There was a certain discontentment among people who had once owned motorcars and bathrooms and eaten meat twice daily, at having to walk ten or twenty miles a day, bathe once a week, along with fifty others, in a long trough, get meat only twice a week—when they got it—and sleep in bunks, a hundred in a room. Yet there was less rebellion than a mere rationalist like Walt Trowbridge, Windrip’s ludicrously defeated rival, would have expected, for every evening the loudspeaker brought to the workers the precious voices of Windrip and Sarason, Vice-President Beecroft, Secretary of War Luthorne, Secretary of Education and Propaganda Macgoblin, General Coon, or some other genius, and these Olympians, talking to the dirtiest and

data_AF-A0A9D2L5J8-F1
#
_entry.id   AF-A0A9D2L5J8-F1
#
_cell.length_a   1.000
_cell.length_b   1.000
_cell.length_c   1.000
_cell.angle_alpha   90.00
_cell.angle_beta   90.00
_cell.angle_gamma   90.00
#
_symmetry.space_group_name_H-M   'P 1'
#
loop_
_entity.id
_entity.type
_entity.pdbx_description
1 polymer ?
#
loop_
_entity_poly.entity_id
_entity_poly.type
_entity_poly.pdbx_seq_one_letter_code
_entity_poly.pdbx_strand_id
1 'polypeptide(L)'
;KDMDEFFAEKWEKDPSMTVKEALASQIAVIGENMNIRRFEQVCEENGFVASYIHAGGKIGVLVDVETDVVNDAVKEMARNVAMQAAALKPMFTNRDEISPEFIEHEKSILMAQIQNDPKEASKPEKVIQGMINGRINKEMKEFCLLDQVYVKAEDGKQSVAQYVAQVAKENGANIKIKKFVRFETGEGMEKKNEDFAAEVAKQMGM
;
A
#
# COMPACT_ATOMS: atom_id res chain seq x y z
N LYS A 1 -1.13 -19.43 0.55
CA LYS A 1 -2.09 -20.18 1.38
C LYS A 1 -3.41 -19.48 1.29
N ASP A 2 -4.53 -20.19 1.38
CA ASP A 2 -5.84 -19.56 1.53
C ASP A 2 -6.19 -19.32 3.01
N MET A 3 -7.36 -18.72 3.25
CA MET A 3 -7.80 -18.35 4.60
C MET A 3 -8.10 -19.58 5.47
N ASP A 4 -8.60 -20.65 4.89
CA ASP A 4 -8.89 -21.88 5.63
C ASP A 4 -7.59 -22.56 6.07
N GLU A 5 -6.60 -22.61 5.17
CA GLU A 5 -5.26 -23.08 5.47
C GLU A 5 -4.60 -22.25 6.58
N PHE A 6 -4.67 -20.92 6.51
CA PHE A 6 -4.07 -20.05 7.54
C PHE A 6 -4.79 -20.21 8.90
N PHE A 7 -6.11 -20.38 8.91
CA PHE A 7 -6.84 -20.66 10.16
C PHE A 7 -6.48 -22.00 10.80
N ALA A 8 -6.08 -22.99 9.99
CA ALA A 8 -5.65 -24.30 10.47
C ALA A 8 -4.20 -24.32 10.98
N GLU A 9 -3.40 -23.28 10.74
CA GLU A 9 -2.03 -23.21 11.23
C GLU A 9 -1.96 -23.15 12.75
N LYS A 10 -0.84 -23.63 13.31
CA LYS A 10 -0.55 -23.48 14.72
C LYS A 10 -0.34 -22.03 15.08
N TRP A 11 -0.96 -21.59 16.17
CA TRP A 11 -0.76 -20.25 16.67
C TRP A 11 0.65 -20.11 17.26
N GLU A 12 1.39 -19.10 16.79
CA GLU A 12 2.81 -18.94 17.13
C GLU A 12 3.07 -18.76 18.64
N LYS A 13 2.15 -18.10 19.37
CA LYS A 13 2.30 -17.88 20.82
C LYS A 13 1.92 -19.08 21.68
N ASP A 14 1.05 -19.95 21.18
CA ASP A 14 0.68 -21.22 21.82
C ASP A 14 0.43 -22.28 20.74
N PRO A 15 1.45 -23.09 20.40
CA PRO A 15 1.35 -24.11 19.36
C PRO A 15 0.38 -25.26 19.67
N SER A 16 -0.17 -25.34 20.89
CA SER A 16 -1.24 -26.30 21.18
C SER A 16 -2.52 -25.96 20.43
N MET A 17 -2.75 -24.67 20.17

tiredestmudsills as warm friend to friend, told them that they were the honored foundation stones of a New Civilization, the advance guards of the conquest of the whole world.
They took it, too, like Napoleon’s soldiers. And they had the Jews and the Negroes to look down on, more and more. The M.M.’s saw to that.
Every man is a king so long as he has someone to look down on.
–It Can’t Happen Here by Sinclair Lewis
- Biography from Nobel Lectures, Literature 1901-1967, Editor Horst Frenz, Elsevier Publishing Company, Amsterdam, 1969